|Other Names||Serine/threonine-protein kinase Kist, Kinase interacting with stathmin, PAM COOH-terminal interactor protein 2, P-CIP2, U2AF homology motif kinase 1, UHMK1, KIS, KIST|
|Target/Specificity||The synthetic peptide sequence used to generate the antibody AP7063b was selected from the C-term region of human KIST. A 10 to 100 fold molar excess to antibody is recommended. Precise conditions should be optimized for a particular assay.|
|Format||The synthetic peptide was lyophilized with 100% acetonitrile and is supplied as a powder. Reconstitute with 0.1 ml deionized water for a final concentration of 1 mg/ml.|
|Storage||Maintain refrigerated at 2-8°C for up to 6 months. For long term storage store at -20°C.|
|Precautions||This product is for research use only. Not for use in diagnostic or therapeutic procedures.|
|Function||Upon serum stimulation, phosphorylates CDKN1B/p27Kip1, thus controlling CDKN1B subcellular location and cell cycle progression in G1 phase. May be involved in trafficking and/or processing of RNA (By similarity).|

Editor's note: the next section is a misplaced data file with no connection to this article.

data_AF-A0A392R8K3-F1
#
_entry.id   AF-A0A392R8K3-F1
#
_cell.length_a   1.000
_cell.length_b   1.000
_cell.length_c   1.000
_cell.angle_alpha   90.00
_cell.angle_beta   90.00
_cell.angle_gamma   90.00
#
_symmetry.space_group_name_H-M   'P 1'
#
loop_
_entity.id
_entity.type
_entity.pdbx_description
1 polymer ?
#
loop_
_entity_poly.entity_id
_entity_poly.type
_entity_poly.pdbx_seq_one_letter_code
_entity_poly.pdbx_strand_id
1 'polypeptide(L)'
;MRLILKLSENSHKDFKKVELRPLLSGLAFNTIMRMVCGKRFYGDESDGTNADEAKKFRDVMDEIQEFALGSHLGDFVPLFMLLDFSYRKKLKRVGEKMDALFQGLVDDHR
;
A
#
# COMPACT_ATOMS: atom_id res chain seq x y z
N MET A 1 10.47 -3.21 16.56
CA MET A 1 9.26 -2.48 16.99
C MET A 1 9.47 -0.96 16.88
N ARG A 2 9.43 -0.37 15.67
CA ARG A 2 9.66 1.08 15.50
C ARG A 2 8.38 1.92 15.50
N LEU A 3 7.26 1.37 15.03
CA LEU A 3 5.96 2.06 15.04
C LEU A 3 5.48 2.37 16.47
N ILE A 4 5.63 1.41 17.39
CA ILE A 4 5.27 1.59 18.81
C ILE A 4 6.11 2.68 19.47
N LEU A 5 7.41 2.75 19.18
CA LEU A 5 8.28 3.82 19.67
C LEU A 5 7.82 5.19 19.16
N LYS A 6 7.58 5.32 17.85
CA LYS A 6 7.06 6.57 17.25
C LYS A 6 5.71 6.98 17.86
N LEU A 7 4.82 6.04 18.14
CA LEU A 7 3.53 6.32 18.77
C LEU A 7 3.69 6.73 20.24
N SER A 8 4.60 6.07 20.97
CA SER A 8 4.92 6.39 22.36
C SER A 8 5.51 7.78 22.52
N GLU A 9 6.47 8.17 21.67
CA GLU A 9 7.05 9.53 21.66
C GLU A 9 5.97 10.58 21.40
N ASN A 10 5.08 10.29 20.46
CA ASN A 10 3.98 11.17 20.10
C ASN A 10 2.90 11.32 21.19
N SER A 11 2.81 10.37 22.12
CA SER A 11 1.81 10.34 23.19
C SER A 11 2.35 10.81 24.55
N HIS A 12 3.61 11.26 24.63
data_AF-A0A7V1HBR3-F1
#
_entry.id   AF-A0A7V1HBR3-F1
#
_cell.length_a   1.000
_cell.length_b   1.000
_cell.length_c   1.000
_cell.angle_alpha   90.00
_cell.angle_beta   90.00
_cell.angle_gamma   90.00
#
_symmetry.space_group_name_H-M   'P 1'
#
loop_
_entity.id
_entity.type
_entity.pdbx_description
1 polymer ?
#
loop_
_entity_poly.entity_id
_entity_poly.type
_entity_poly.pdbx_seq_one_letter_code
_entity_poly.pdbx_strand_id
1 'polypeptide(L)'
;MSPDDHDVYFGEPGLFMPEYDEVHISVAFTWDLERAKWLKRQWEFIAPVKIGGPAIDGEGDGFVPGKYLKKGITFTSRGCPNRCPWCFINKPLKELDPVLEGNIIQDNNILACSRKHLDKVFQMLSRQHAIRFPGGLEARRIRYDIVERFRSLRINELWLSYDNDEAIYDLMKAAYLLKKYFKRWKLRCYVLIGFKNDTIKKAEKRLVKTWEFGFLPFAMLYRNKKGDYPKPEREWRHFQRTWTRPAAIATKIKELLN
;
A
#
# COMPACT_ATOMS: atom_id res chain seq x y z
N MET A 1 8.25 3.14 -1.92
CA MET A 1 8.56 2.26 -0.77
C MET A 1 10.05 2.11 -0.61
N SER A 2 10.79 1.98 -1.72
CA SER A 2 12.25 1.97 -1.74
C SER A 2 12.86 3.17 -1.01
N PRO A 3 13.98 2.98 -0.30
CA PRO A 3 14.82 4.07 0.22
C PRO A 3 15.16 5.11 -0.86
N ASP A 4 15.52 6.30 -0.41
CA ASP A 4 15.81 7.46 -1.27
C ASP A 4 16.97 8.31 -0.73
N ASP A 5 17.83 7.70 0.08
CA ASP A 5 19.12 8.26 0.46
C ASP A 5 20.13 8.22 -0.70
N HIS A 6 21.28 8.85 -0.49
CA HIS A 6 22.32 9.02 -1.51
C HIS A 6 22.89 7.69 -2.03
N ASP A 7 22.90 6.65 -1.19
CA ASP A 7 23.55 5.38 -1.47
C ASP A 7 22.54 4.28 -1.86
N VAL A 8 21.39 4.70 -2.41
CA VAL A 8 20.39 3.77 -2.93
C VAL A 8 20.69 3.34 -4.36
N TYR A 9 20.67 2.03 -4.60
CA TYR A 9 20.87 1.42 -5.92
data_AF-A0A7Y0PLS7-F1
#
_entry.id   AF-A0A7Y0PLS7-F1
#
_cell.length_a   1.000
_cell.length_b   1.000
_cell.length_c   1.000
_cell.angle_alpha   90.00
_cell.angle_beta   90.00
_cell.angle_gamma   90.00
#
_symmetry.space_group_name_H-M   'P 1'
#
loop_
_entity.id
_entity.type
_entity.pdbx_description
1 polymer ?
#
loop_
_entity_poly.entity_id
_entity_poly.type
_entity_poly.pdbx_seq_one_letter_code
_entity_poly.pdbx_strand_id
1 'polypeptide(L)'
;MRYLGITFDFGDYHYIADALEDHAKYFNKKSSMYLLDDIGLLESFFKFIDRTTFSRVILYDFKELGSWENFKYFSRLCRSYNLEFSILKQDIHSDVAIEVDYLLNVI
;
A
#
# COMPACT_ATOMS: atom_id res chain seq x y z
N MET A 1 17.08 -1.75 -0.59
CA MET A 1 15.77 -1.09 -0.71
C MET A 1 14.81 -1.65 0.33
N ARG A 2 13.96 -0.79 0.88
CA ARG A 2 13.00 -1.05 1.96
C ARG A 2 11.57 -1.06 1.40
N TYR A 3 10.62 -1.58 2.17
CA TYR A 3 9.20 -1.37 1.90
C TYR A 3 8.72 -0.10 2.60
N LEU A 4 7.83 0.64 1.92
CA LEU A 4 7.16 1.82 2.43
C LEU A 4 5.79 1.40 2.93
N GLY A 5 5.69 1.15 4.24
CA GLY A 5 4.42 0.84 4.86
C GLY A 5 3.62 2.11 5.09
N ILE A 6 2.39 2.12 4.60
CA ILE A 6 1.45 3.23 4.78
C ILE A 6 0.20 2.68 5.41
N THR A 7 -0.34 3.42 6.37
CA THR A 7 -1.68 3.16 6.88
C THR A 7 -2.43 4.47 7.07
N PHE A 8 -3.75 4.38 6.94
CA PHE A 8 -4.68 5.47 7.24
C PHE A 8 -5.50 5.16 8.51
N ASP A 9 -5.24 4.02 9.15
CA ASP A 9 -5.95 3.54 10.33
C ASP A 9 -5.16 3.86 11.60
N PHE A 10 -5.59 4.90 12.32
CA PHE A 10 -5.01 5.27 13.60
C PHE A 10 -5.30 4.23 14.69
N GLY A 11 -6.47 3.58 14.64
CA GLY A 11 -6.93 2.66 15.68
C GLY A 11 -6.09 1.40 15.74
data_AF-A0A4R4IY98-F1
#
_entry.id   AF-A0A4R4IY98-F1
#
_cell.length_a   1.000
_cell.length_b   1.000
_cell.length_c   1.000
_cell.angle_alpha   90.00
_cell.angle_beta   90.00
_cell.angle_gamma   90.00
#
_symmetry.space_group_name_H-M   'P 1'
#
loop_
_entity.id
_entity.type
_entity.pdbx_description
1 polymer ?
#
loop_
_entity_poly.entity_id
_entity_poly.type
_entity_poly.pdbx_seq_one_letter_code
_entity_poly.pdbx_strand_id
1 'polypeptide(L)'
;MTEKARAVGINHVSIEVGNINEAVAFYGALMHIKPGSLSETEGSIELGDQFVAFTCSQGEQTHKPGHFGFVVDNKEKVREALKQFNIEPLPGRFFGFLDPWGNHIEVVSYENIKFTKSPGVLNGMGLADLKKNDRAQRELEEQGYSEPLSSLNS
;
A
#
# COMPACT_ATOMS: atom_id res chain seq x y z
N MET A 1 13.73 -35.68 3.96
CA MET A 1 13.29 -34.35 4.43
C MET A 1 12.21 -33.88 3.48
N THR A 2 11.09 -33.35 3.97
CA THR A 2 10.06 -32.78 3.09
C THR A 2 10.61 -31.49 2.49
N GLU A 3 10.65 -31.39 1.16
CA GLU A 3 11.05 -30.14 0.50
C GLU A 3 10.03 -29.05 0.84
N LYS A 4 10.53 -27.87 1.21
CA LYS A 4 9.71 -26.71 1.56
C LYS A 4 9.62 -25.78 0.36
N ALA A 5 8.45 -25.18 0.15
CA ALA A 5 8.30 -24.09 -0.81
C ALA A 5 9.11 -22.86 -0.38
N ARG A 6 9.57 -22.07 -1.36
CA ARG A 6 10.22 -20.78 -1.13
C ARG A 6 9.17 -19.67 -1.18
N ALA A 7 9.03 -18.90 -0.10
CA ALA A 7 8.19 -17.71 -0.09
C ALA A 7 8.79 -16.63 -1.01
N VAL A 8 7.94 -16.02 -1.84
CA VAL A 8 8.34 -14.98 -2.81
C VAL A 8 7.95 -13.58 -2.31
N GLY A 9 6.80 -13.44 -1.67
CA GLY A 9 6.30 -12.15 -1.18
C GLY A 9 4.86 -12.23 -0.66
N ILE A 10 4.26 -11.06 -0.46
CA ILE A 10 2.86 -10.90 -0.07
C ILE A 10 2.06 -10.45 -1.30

|Tissue Location||Widely expressed, with highest levels in skeletal muscle, kidney, placenta and peripheral blood leukocytes|
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Provided below are standard protocols that you may find useful for product applications.
KIST, a member of the Ser/Thr protein kinase family, is a pyruvate kinase that catalyzes formation of phosphoenolpyruvate from pyruvate and ATP. A role for the primarily nuclear KIST protein in mediation of cellular metabolism has been postulated based on the interaction identified with thyroid hormone. KIST is widely expressed, with highest abundance in skeletal muscle, kidney, placenta and peripheral blood leukocytes. Upon serum stimulation, KIST phosphorylates CDKN1B/p27Kip1, thereby regulating the subcellular location of CDKN1B and cell cycle progression in the G1 phase. KIST, which contains one RNA recognition motif domain, has been proposed to partipate in trafficking and processing of RNA. KIST binds to Opa protein, a bacterial outer membrane protein involved in gonococcal adherence to and invasion of human cells.
Bieche, I., et al., Brain Res. Mol. Brain Res. 114(1):55-64 (2003).Boehm, M., et al., EMBO J. 21(13):3390-3401 (2002).Caldwell, B.D., et al., J. Biol. Chem. 274(49):34646-34656 (1999).
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